Over the last month, the government has banned the export of wheat and imposed quantitative restrictions on outbound sugar shipments. The wheat export ban came within days of a push to enhance India’s wheat supplies to the rest of the world after Russia’s invasion of Ukraine. This is a time of persistently high inflation, spurred by rising food and fuel prices, and there are concerns about a lower yield this year due to intensive heat waves. The government has argued that farmers have not lost out due to the ban as most had already sold their produce this season. In a discussion moderated by Vikas Dhoot, S. Mahendra Dev and Himanshu consider the efficacy of these curbs. Edited excerpts:
What do the export curbs mean for reining in inflation and addressing India’s food security concerns?
Himanshu: I don’t think the export ban is going to help much with inflation as the procurement season for the wheat crop is more or less over. I don’t think it is going to keep the prices down or help the government to procure and prepare better for food security.
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My objection to the ban has not been on the policy of export curbs per se — almost 30 countries have done the same, and countries should have a sovereign right to decide what is the right time to curb exports. My problem is with a kind of ad-hocism or muddled policy-making. And this is not the first time, which makes it more worrying. This has been going on for the last two decades — there is no planning on how to manage the trade policy for agriculture products or even other products. Look at it: on May 12, there was an official press release about sending delegations to nine countries to explore wheat export opportunities. And then on May 13, there was an export ban. That’s not the right way of looking at it. Through April, officials went to the U.S., talked to President Joe Biden, and the Finance and Commerce Ministers were saying, ‘If not for the WTO [World Trade Organization], we will be feeding the entire world’. And then suddenly within a month, the government says, ‘No, no, we don’t have enough for exports.’ This gives a wrong signal to domestic farmers as well as traders. It is certainly not good for food security because whatever damage was supposed to happen has already happened. The government has not been able to procure whatever is required for managing its food security apparatus.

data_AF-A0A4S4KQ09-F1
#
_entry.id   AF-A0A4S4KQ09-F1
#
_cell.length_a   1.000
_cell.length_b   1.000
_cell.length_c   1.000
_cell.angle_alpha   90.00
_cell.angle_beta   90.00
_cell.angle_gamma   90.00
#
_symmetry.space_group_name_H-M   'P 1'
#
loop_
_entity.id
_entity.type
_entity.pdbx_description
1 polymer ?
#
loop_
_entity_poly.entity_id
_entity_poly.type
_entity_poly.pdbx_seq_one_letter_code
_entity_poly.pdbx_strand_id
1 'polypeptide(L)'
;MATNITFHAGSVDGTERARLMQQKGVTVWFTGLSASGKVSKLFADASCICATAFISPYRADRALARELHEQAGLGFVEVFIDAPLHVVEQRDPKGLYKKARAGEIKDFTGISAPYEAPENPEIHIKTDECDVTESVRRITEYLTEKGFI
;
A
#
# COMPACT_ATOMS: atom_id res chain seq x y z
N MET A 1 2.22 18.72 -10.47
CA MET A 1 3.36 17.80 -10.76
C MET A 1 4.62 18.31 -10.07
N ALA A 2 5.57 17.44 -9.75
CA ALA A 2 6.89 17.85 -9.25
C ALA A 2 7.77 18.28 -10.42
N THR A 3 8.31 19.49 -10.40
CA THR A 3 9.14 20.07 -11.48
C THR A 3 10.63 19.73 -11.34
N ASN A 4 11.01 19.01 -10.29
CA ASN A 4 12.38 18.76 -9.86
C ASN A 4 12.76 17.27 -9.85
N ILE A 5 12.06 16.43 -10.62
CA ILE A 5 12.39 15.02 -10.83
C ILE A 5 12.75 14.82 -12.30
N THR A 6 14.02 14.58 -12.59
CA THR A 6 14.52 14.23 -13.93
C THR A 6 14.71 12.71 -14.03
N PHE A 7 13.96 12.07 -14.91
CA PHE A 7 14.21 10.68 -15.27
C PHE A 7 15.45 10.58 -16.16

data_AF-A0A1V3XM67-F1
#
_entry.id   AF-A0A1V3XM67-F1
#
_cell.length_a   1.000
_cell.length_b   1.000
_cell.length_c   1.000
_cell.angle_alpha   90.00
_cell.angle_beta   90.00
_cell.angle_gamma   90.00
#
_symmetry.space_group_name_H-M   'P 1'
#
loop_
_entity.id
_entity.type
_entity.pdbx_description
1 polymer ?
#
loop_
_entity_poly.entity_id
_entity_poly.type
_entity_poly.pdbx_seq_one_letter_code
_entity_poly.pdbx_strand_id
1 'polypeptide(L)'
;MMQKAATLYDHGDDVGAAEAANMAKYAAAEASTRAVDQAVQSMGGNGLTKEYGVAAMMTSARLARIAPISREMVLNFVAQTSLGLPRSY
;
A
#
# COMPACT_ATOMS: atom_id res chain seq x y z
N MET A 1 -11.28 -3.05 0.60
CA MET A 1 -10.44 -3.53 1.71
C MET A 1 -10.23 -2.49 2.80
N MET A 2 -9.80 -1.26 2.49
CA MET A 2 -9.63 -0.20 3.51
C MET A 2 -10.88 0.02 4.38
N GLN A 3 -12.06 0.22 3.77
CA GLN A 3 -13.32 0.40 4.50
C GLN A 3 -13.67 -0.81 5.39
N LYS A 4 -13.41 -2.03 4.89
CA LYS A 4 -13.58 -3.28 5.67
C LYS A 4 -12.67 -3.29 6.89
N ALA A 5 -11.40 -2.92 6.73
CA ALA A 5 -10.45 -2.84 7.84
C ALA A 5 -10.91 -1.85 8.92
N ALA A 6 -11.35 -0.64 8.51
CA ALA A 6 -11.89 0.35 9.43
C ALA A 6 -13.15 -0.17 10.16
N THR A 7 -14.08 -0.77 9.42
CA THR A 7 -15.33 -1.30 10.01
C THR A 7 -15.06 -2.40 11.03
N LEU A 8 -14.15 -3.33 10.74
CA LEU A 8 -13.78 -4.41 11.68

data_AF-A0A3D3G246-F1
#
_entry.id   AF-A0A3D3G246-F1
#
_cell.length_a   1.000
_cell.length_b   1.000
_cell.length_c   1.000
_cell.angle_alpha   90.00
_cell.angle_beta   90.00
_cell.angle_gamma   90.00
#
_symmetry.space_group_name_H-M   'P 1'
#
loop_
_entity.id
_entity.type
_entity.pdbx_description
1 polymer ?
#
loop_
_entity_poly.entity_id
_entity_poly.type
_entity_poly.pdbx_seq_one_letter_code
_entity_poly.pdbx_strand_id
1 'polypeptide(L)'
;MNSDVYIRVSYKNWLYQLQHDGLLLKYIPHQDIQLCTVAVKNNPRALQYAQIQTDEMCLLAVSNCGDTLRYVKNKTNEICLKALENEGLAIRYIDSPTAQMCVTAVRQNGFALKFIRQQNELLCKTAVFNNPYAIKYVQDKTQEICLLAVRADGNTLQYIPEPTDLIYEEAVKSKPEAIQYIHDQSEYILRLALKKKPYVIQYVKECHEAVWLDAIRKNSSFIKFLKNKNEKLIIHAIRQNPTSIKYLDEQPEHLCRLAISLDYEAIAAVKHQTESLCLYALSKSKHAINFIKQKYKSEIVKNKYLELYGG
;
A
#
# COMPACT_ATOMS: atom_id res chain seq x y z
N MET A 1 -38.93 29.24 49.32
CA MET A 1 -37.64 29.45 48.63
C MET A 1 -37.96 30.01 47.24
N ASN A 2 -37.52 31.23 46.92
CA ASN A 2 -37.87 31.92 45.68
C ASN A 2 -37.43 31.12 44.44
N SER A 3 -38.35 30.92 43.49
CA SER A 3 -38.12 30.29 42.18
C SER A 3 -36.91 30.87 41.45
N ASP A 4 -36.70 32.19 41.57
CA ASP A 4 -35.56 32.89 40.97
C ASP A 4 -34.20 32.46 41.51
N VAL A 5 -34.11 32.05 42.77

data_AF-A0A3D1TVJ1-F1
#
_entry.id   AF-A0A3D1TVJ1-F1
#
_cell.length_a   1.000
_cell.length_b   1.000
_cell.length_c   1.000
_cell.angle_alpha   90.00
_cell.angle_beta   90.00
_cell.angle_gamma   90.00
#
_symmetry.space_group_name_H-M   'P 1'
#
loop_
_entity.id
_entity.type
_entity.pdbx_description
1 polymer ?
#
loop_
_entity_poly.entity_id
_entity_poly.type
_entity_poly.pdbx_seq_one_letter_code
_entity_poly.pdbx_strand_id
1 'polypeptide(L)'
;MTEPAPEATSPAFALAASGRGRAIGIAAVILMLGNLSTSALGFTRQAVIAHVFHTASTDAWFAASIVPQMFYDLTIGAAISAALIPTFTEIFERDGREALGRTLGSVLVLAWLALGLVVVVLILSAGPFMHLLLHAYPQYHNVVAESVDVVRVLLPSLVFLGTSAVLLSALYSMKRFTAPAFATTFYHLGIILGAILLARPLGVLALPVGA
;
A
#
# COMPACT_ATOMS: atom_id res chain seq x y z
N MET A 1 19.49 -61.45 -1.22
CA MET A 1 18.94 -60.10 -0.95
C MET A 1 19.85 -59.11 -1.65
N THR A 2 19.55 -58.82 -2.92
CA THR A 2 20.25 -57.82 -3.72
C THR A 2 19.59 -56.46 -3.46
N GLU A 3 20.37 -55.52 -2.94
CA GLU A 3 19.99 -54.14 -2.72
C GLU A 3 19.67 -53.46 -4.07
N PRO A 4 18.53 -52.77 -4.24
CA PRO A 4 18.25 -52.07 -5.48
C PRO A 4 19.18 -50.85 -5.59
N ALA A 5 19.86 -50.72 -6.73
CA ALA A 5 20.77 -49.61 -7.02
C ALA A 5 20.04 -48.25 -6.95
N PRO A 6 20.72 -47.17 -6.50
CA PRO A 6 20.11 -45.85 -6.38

Did circumstances change significantly between April and May with the wheat crop estimates being downgraded? Or even between May 12 and May 13, when India went from being an aspiring wheat exporter to the world to banning exports completely?
S. Mahendra Dev: Even before the Ukraine-Russia war, global food prices were increasing because of excess liquidity across the world. But the war gave India an opportunity to export more wheat. The global export market is around 200 million tonnes, of which 55 million tonnes are generally from Ukraine and Russia. India exported 7 million tonnes in 2021-22, and everybody thought we had a lot of opportunity this year. Open market prices were higher at ₹2,400 a quintal compared to the MSP [Minimum Support Price] of around ₹2,100. So, farmers were getting higher prices after a long time. The export ban has two effects. It impacts farmers’ incomes as well as the long-term credibility of the export policy. One reason given for the ban was the production estimates. In 2006 too, production was overestimated and India had to import as procurement was low. It’s the same now: many people thought production was over-estimated at 111 million tonnes; now we may have 99-100 million tonnes. The second reason was procurement. Last year, 44 million tonnes were procured; now we are expecting around 19 million tonnes. The third reason was the retail inflation, which was inching close to 8% in April, with food products even higher.